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I am in the process of making video lectures for epidemiology and biostatistics. They are animation based to aid in visual learning and they finish with a couple practice questions. I just uploaded a lecture about sensitivity onto youtube and would appreciate any advice or criticism. You can find the video by searching Sensitivity Epistats on youtube, or by going to the link below...
Thank you in advance
Edited by Kruno on Feb 23, 2016 - 7:51 AM
Here is a transcript of the video... though the animations do help.
Sensitivity is the ability of a test to detect a condition. The sensitivity of a test is determined by the percentage of patients with a condition that test positive for it. Or in other words, the percentage of cases that are detected.
The higher sensitivity of the test, then the lower the percentage of patients with the condition that will test negative. A low false negative rate is a characteristic of highly sensitive tests, which makes it useful for screening purposes. This makes sense, because you do not want a screening test to incorrectly tell patients that they do not have the condition when in fact they do. When a test is very sensitive, a negative test result means that presence of the condition is very unlikely and therefore can be confidently ruled out.
A patient presents with signs and symptoms suggestive of primary syphilis. The doctor orders a rapid plasma reagin test, but it comes back negative. Knowing that the test is very sensitive and has a low false negative rate, the doctor realizes that the patient probably does not have syphilis. Further testing indeed shows that the patient had another condition.
This is an example of the ability of a very sensitive test to rule out a disease based on its very low false negative rate. Another example would be the ability of a negative d-dimer test to rule out a deep venous thrombosis.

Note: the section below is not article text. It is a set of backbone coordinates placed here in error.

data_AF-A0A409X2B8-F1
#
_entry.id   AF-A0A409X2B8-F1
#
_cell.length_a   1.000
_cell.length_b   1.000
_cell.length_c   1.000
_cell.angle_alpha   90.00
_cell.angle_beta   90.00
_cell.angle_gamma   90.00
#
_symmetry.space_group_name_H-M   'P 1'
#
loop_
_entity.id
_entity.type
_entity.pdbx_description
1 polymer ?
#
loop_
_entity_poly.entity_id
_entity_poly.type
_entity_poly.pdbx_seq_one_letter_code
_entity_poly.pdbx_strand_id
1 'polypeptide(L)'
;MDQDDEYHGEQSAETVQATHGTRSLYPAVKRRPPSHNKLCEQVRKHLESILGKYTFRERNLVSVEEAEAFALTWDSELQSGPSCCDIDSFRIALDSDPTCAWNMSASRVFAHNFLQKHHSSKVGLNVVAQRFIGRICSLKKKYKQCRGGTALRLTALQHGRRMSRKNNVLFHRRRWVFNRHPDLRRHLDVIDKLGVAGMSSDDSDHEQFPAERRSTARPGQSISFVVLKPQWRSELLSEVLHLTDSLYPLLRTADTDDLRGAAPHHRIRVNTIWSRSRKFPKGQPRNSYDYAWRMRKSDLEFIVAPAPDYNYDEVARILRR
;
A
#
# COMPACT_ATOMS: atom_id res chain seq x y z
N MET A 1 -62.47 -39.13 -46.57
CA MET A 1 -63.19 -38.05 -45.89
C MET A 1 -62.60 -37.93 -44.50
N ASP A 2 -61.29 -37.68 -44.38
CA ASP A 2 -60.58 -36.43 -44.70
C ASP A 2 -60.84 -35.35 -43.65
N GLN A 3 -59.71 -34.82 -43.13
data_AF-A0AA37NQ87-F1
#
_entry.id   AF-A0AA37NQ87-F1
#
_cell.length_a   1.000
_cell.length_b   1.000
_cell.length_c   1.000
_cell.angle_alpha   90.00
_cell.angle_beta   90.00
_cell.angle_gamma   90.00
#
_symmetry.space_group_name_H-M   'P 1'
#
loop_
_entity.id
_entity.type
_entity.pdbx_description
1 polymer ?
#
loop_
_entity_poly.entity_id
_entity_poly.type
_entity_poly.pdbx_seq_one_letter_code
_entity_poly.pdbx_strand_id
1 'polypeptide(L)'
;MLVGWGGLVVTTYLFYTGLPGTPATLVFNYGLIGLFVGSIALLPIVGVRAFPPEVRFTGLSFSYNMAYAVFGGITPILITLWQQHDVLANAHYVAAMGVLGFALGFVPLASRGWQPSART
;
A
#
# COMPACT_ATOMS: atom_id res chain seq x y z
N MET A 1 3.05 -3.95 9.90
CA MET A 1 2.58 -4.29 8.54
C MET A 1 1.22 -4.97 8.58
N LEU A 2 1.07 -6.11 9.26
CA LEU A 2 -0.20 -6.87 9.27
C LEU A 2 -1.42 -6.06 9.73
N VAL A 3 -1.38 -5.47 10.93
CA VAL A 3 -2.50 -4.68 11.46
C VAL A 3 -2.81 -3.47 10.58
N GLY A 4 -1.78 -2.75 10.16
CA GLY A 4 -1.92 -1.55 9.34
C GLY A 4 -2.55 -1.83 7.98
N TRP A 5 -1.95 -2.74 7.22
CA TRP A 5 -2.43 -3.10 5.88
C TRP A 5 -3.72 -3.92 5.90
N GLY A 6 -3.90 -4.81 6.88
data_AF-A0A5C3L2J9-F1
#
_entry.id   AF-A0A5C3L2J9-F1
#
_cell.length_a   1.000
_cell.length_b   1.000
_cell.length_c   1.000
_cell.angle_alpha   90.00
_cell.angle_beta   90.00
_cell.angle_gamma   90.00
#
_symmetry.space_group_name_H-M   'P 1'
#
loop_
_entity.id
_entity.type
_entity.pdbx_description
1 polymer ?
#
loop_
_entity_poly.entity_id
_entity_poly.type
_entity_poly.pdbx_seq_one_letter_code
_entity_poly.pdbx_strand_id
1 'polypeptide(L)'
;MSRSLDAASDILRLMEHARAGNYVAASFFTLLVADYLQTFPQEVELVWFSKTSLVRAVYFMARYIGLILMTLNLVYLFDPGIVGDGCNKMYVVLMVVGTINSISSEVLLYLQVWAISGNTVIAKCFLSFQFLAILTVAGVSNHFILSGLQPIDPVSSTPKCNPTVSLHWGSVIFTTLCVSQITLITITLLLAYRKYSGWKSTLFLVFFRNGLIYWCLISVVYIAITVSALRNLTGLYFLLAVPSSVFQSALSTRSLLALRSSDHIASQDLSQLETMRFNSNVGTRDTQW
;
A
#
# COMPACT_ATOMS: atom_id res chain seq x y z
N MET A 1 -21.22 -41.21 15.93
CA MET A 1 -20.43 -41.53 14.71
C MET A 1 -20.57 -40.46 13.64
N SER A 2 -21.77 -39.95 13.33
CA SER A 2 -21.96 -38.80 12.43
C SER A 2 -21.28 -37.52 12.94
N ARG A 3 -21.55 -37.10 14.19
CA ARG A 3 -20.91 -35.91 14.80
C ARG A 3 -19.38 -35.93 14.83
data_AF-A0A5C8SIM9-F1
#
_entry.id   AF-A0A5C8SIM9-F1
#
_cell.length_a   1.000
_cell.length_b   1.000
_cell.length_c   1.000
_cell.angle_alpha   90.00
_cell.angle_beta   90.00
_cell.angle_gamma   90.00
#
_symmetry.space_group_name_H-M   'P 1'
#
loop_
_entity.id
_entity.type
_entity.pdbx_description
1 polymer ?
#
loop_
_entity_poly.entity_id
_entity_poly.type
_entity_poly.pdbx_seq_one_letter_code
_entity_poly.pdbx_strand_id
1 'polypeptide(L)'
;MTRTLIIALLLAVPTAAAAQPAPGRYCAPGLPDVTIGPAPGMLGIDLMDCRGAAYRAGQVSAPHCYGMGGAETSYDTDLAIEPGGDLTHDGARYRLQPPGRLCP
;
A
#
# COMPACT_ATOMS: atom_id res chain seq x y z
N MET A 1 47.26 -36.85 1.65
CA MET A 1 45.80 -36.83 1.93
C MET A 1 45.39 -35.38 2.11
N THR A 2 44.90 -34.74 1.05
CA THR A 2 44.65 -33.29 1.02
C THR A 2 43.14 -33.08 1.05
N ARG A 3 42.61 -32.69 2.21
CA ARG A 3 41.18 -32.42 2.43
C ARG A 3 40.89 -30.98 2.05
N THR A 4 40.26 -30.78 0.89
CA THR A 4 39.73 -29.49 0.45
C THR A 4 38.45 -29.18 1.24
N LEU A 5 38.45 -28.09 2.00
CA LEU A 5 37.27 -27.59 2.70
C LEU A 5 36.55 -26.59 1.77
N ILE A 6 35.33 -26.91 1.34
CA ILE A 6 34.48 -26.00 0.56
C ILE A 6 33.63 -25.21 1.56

While a sensitive test is good at detecting a condition, it may not be good at identifying individuals without the condition. That is, some individuals without the condition may test positive as well. These cases are referred to as false positives. A patient without the condition who tests negative is considered a true negative. So although a negative test result suggests the absence of the condition, a positive test result does not necessarily mean that the condition is present. Therefore, if a highly sensitive test comes back positive the patient should undergo further testing in order to determine whether the test was correctly or falsely positive.
A woman is eight weeks pregnant and undergoes routine screening. Rather unexpectedly, the rapid plasma reagin test comes back positive. Knowing that screening tests are better at ruling out a condition than they are at ruling in, her doctor decides to order a more specific test to confirm. When the FTA-ABS test comes back negative, the doctor considers the possibility that the initial test was a false positive. Further testing shows that the woman did not have syphilis and that the cause of the false positive was anti-phospholipid syndrome.
This is an example of a false positive that can occur with the rapid plasma reagin test. Other tests that more commonly produce false positives include the fecal occult blood test when screening for colon cancer, electrocardiography when looking for left ventricular enlargement, and the ELISA test for detecting Lyme disease.
Sensitivity is calculated by dividing the total number of patients that have the condition and have a positive test by the total number of patients that have the condition. When using a sample table, sensitivity can be calculated by dividing the number of patients in Box A (condition present, test positive) by the number of patients in Box A + C (total condition present).
The video follows with a couple of questions and explanations.
Edited by Kruno on Feb 23, 2016 - 7:23 AM
I also helped make an app, called EpiStats. It has a calculator, punnett square flashcards, and more. Currently, its only on android. If you're interested you can check it out on the google play store.
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